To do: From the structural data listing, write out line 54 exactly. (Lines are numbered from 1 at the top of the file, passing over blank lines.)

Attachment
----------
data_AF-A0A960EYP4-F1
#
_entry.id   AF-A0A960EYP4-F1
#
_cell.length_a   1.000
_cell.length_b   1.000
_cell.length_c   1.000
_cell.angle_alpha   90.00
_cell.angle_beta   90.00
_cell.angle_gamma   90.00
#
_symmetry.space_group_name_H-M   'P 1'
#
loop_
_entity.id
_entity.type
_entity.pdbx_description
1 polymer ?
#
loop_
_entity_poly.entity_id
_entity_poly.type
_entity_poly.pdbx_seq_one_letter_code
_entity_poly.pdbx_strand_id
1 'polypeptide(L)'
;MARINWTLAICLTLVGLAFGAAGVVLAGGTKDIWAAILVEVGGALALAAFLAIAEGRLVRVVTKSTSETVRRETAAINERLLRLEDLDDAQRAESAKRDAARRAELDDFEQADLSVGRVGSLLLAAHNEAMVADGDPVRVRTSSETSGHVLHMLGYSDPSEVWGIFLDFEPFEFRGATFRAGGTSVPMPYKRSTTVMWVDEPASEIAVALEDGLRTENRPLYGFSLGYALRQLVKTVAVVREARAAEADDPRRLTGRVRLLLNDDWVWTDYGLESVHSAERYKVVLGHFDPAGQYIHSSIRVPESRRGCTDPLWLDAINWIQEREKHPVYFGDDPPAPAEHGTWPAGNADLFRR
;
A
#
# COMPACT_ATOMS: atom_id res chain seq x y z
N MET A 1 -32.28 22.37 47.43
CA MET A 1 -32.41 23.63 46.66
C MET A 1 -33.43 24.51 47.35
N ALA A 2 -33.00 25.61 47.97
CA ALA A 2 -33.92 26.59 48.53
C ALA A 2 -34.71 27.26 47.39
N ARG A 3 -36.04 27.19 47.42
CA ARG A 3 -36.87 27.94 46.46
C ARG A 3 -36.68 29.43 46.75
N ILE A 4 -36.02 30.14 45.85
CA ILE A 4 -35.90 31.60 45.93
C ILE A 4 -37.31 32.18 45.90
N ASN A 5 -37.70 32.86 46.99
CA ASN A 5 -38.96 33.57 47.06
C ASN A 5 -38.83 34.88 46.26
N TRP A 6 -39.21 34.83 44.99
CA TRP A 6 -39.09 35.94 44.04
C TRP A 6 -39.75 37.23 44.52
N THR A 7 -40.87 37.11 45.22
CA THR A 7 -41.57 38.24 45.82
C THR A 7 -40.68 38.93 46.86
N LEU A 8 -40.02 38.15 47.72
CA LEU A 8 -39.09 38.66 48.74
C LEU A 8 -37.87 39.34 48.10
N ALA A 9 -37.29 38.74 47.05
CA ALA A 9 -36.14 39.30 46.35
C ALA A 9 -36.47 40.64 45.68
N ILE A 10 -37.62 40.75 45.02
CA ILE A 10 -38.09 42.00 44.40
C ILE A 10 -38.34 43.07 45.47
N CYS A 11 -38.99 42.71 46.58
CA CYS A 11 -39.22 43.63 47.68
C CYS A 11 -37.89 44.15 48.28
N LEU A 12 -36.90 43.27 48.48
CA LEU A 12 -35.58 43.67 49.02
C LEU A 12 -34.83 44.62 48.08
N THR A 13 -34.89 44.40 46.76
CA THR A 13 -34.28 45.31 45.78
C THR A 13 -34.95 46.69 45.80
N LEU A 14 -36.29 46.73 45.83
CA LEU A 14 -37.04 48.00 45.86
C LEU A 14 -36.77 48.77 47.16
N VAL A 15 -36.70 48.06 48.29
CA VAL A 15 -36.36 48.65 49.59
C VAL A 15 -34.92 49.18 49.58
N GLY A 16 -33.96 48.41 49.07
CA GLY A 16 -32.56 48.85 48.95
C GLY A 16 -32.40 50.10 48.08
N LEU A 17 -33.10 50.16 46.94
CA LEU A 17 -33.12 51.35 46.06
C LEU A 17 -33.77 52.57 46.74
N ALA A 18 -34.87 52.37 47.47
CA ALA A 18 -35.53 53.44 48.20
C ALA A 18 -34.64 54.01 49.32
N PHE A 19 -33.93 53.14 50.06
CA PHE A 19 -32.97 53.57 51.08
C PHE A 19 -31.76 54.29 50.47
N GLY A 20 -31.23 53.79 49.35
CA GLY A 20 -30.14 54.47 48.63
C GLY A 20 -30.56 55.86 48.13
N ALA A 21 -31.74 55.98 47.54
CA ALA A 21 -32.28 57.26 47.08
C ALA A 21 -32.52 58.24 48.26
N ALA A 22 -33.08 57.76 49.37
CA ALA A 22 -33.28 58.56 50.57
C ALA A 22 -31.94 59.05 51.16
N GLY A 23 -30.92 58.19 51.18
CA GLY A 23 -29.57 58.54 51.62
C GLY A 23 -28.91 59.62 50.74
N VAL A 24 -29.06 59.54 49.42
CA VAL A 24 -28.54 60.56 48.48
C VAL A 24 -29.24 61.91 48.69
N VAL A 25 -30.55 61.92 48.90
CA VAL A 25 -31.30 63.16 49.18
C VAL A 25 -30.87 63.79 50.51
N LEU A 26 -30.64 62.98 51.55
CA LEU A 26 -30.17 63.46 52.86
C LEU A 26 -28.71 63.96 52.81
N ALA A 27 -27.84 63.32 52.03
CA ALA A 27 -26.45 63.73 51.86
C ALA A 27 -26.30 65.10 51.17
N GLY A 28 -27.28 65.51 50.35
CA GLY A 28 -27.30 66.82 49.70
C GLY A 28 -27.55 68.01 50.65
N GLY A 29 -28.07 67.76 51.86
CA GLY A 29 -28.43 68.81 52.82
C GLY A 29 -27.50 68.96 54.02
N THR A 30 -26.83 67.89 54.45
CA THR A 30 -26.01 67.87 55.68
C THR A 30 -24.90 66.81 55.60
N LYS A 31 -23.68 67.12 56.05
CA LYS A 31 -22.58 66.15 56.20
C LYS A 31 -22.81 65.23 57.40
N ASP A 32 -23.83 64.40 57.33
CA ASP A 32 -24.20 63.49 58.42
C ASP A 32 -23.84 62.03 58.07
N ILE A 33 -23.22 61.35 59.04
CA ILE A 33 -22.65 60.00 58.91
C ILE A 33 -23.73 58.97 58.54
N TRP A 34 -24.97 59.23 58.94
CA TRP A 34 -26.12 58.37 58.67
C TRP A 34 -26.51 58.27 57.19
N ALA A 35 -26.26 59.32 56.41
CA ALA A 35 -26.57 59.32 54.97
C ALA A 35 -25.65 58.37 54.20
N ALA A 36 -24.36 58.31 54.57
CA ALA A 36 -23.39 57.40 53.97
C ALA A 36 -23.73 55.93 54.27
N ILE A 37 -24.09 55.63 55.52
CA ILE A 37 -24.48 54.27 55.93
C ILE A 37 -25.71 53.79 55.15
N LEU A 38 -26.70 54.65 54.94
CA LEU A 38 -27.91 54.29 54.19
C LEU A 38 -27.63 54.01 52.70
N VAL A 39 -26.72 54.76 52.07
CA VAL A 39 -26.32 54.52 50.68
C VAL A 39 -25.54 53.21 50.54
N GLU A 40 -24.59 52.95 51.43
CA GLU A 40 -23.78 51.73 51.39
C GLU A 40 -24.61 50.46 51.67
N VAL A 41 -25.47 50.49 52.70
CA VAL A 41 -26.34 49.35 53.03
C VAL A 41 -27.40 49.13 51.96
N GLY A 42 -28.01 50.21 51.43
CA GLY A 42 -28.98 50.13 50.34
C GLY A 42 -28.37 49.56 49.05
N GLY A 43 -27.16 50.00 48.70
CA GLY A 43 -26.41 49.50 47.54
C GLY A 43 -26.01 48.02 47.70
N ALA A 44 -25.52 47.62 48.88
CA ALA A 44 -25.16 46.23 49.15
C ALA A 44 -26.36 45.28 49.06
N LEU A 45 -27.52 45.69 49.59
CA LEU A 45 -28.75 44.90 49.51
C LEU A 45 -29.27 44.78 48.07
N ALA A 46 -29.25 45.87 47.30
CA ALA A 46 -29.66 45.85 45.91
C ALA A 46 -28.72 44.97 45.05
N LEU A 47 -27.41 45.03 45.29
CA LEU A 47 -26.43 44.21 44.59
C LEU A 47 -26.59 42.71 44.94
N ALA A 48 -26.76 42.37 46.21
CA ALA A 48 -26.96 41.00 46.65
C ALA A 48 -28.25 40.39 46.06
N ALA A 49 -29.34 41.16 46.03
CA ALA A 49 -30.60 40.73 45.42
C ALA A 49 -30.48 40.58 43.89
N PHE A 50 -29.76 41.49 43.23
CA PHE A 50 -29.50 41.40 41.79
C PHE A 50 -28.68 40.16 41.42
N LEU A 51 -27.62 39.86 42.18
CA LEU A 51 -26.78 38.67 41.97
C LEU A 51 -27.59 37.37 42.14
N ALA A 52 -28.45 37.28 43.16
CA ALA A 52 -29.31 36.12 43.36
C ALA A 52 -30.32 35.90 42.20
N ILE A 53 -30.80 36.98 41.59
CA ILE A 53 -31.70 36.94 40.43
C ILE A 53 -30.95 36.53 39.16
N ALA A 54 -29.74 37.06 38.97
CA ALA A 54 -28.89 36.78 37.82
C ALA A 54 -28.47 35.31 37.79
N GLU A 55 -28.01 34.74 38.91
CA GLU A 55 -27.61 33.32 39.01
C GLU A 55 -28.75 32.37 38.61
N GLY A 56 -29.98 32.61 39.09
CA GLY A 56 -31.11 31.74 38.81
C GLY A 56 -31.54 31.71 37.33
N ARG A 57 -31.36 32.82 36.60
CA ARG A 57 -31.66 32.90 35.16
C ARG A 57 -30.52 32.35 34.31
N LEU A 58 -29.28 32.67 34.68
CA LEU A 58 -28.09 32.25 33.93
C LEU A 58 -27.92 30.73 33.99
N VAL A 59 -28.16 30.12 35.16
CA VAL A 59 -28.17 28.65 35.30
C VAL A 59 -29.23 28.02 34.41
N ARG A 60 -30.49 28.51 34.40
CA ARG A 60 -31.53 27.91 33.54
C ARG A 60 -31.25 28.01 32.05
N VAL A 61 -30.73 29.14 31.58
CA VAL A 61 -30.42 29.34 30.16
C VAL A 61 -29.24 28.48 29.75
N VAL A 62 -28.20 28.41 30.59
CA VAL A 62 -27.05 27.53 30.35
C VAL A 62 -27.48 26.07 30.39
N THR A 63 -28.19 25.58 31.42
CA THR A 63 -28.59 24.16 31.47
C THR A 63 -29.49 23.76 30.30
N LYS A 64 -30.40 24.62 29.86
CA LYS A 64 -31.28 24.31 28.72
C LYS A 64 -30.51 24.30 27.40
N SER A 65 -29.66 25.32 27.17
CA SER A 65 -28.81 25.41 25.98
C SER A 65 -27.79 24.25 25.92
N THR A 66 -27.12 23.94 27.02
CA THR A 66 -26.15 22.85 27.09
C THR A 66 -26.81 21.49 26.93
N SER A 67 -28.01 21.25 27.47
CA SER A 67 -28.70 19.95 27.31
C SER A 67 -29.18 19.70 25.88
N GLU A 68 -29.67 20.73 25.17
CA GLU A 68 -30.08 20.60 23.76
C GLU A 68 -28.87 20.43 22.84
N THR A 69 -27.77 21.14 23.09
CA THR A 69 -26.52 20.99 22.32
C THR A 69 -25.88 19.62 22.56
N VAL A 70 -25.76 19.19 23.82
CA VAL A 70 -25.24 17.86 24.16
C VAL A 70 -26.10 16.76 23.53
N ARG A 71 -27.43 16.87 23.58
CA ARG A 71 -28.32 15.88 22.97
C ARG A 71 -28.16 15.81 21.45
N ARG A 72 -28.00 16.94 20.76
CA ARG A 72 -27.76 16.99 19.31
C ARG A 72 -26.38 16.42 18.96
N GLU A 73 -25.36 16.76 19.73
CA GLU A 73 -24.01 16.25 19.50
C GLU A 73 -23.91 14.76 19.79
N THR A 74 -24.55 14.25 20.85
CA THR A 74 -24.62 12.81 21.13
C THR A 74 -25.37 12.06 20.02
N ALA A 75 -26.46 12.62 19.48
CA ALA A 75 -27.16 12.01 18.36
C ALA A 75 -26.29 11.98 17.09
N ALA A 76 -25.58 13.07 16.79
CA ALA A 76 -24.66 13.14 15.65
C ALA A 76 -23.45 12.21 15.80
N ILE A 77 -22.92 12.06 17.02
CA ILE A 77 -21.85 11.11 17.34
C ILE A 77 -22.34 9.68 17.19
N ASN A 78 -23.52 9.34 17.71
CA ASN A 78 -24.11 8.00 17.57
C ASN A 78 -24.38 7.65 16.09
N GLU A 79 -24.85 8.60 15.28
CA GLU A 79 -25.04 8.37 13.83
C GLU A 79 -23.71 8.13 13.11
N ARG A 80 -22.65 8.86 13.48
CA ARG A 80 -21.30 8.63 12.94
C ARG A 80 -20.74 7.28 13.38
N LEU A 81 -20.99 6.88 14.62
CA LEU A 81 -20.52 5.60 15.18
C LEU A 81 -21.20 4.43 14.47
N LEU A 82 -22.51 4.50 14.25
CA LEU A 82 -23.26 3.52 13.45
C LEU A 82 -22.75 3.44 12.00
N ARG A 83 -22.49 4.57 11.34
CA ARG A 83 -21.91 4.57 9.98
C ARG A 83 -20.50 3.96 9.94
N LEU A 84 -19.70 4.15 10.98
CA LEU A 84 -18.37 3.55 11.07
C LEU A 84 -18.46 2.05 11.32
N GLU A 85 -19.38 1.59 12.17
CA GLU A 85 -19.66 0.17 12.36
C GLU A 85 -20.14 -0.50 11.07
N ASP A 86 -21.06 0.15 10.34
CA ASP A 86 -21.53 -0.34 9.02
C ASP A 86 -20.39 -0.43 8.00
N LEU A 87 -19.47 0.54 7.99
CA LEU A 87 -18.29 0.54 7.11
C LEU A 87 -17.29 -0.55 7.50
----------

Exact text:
C LEU A 8 -37.87 39.34 48.10